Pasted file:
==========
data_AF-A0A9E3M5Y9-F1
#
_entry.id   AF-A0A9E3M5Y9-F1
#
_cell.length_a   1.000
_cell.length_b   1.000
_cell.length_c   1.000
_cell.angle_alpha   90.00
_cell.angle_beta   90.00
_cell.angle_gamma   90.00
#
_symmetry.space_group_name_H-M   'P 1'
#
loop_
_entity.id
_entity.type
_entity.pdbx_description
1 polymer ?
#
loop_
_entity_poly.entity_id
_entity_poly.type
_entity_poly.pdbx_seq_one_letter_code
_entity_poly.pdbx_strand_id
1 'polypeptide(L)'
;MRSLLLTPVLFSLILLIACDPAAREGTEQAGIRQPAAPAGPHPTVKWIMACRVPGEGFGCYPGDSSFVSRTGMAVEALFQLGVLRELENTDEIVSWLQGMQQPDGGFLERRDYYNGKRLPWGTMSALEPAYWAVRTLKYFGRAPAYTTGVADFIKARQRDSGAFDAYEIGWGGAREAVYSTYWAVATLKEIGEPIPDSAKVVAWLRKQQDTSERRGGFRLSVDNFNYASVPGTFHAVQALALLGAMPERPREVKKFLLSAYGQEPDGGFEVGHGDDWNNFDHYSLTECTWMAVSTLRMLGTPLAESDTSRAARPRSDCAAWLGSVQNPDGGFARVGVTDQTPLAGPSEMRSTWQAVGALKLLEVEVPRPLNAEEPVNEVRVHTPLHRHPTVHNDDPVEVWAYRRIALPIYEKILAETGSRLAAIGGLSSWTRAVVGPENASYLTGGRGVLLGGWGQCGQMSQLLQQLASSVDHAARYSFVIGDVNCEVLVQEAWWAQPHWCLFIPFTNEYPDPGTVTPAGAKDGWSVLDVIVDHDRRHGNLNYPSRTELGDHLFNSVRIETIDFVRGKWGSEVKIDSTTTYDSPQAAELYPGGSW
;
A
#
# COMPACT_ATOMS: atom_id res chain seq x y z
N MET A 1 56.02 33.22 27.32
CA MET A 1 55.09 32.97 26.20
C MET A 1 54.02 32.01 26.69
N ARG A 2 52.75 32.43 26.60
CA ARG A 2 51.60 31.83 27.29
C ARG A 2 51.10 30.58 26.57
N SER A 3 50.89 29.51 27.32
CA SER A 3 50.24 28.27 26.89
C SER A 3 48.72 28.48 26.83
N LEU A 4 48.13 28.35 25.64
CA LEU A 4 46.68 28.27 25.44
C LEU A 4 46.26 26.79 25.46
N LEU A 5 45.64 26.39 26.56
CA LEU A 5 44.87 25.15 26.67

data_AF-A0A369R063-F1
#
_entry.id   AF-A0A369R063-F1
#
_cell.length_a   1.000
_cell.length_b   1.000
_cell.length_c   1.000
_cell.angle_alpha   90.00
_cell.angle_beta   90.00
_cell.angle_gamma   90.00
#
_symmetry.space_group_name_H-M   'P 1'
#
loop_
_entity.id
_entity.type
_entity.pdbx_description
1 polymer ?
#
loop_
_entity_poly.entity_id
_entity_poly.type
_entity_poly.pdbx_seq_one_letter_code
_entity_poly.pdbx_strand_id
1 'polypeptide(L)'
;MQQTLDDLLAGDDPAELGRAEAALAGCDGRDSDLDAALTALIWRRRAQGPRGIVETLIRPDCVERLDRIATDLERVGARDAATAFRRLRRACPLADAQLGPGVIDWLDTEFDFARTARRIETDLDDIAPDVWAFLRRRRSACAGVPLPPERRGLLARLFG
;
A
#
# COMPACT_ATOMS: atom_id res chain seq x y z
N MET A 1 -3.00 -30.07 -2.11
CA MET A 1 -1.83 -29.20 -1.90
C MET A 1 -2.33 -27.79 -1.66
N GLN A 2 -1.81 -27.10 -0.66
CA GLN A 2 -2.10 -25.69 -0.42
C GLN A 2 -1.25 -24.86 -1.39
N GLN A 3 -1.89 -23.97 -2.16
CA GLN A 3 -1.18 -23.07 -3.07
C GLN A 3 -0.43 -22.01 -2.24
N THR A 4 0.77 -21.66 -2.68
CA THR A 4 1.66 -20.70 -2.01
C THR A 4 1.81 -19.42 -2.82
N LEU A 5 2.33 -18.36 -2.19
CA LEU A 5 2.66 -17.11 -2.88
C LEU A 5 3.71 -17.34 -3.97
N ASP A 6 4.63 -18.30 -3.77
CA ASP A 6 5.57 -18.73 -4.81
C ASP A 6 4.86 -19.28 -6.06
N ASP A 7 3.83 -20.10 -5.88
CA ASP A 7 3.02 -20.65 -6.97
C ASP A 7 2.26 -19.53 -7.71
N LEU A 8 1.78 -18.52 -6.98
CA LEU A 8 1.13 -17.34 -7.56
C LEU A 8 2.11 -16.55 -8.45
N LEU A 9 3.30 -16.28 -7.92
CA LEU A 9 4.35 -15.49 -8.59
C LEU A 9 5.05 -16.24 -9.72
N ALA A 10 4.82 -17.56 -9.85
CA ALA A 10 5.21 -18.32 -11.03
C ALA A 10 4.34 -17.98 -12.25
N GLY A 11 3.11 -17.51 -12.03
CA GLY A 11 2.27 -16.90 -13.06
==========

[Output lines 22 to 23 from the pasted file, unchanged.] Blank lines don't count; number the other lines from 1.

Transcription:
_entity_poly.type
_entity_poly.pdbx_seq_one_letter_code